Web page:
•   A screening for trauma; and

•   Interviews with individuals who have knowledge of the child’s needs. Tex. Fam. Code § 266.012(a).

Beginning September 1, 2016, all youth placed in substitute care receive a Child Assessment of Needs and Strengths (CANS) completed as part of their assessment and service planning process within 30 days of removal. The CANS is used to gather information about the strengths and needs of the child and family and used in Service Planning to assist the child and family in reaching their goals.[108]DFPS may consent to health care services ordered or prescribed by a health care provider authorized to order or prescribe health care services regardless of whether services are provided under the medical assistance program under Tex. Hum. Res. Code Chapter 32, if DFPS otherwise has the authority under Tex. Fam. Code§ 266.004 to consent to health care services. Tex. Fam. Code § 266.004(k).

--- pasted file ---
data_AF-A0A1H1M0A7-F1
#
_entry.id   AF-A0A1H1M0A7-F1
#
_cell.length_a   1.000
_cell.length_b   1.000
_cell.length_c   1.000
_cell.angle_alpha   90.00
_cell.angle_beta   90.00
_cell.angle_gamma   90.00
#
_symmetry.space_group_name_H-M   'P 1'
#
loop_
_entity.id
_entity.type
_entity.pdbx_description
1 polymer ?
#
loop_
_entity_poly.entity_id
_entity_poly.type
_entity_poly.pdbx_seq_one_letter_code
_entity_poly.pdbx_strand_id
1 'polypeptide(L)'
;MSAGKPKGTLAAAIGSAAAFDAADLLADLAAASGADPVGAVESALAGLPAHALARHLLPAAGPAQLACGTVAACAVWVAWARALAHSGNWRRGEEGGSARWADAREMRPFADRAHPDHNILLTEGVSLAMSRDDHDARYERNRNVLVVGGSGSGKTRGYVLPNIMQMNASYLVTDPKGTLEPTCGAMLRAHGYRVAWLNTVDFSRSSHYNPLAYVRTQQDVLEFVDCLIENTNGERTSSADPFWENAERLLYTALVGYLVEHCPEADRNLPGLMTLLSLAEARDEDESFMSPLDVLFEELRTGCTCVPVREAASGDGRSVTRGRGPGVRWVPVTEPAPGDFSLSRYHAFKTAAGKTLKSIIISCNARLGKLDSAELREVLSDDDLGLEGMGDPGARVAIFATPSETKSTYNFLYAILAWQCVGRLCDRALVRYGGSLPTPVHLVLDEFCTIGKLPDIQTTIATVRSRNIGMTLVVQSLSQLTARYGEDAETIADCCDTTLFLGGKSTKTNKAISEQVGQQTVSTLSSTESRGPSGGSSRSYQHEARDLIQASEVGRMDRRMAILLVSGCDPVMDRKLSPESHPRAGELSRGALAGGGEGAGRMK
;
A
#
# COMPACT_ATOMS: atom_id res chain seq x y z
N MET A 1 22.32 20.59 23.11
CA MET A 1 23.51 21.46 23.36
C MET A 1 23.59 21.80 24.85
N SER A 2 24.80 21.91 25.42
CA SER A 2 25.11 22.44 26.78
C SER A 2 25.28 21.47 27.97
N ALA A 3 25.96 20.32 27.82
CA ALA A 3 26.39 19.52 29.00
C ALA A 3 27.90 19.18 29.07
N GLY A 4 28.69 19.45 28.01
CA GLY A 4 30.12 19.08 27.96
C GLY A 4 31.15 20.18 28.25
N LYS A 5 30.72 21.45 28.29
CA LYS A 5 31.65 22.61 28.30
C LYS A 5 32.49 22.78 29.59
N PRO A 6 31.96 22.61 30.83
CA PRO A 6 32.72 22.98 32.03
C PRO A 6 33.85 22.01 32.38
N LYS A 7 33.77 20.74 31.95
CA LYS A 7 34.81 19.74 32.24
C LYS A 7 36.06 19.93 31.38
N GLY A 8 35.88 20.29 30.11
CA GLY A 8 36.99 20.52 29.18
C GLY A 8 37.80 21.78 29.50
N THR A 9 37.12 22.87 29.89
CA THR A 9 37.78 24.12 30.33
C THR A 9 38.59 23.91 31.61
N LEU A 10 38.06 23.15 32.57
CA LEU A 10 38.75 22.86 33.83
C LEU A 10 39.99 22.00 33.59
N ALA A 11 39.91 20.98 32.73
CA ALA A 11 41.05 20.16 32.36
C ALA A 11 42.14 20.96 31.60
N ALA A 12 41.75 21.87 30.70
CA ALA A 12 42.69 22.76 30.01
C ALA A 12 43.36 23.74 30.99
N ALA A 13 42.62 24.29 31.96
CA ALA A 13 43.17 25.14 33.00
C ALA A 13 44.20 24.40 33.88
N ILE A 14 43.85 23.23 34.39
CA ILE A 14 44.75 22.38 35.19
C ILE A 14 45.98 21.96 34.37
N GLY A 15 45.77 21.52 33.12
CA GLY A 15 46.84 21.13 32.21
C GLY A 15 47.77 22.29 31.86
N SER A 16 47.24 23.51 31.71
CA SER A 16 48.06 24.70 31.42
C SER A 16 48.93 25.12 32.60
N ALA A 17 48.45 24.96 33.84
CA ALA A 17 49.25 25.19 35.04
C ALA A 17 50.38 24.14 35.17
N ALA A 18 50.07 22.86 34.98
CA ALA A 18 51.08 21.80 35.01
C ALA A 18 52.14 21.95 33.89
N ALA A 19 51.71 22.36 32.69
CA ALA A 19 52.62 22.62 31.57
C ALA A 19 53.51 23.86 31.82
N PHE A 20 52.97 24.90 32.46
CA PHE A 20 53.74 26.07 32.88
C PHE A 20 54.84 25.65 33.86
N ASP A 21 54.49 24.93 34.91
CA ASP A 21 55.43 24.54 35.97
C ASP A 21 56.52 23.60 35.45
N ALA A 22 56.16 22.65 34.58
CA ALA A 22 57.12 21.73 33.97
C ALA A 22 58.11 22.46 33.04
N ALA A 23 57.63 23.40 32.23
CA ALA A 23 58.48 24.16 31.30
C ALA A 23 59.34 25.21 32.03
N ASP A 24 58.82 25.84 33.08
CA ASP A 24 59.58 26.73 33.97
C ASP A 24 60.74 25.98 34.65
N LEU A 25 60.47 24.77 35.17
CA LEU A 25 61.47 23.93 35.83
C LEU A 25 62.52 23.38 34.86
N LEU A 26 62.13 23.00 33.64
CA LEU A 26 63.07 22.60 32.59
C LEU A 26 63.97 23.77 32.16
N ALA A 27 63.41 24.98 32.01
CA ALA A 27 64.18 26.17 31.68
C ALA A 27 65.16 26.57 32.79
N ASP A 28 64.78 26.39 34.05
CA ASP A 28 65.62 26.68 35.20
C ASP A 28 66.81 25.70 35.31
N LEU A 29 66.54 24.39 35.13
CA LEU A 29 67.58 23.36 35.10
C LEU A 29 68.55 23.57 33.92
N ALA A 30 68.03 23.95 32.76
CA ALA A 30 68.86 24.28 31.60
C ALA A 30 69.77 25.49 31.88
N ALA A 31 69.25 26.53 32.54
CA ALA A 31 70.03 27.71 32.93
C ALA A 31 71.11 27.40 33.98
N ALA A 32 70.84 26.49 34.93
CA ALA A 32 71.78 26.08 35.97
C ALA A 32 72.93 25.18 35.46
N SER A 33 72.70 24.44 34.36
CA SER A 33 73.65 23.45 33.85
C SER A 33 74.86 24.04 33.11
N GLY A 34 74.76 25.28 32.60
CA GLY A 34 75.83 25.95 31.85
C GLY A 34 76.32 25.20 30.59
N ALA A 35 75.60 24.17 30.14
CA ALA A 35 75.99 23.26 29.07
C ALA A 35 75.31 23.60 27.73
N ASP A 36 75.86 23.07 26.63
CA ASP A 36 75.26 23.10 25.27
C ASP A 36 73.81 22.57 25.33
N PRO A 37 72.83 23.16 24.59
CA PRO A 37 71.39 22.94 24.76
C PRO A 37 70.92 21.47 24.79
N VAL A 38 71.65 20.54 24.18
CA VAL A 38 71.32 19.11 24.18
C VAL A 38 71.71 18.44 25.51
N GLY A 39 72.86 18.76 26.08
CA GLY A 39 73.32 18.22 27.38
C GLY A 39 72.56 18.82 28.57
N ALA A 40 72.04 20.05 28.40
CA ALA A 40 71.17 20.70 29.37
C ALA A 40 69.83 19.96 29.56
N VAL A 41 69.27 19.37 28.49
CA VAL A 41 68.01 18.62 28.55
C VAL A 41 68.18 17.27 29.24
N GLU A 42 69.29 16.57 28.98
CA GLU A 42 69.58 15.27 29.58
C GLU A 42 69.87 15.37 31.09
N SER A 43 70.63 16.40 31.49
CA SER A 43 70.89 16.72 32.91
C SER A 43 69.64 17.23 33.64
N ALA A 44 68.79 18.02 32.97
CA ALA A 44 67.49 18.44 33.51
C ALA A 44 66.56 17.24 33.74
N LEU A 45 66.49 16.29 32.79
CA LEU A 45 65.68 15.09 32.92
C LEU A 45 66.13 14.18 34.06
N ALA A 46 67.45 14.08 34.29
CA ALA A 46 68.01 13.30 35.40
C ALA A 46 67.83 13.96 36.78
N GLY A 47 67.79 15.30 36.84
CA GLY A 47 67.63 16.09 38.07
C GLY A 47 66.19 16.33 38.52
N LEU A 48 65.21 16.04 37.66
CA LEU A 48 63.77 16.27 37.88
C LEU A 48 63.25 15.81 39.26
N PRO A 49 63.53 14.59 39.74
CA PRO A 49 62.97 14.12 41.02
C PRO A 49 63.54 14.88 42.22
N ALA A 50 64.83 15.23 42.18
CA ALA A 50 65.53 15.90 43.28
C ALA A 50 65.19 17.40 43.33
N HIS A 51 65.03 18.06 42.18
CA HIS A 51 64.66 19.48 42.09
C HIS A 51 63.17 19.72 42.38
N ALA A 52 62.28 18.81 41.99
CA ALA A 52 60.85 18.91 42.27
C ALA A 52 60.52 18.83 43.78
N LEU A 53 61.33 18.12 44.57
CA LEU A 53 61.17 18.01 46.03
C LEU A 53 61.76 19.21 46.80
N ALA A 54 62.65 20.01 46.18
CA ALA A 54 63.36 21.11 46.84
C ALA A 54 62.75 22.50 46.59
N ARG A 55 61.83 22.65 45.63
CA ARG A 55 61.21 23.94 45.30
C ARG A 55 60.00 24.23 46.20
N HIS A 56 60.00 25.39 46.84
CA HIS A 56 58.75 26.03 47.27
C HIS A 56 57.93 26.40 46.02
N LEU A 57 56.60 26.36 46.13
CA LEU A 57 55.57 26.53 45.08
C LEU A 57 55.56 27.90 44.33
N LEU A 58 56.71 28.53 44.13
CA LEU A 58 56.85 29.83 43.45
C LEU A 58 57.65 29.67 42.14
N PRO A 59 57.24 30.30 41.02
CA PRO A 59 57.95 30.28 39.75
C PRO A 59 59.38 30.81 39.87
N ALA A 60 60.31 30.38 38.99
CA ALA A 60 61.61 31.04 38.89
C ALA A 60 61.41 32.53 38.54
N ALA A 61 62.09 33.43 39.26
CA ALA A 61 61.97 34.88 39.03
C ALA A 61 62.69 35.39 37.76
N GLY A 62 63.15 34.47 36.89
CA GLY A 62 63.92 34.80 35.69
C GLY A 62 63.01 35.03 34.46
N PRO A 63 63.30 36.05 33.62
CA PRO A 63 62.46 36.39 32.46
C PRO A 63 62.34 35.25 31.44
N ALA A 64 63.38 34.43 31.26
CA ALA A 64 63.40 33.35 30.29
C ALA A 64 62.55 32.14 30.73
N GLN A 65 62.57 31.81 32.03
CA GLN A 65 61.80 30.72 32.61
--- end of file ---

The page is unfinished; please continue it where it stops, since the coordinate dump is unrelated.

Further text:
2. Texas Foster Children are More Likely to Have Been Traumatized

Exposure to trauma, coupled with Texas’ low removal rate, might indicate that children in Texas foster care have higher mental health needs than other states that have a lower threshold for removal. Texas serves over 75% of families in the home, which means that the children who come into care have typically experienced more severe abuse and neglect and likely require more intervention for mental health and behavioral issues.

3. Limited Mental Health / Substance Abuse Services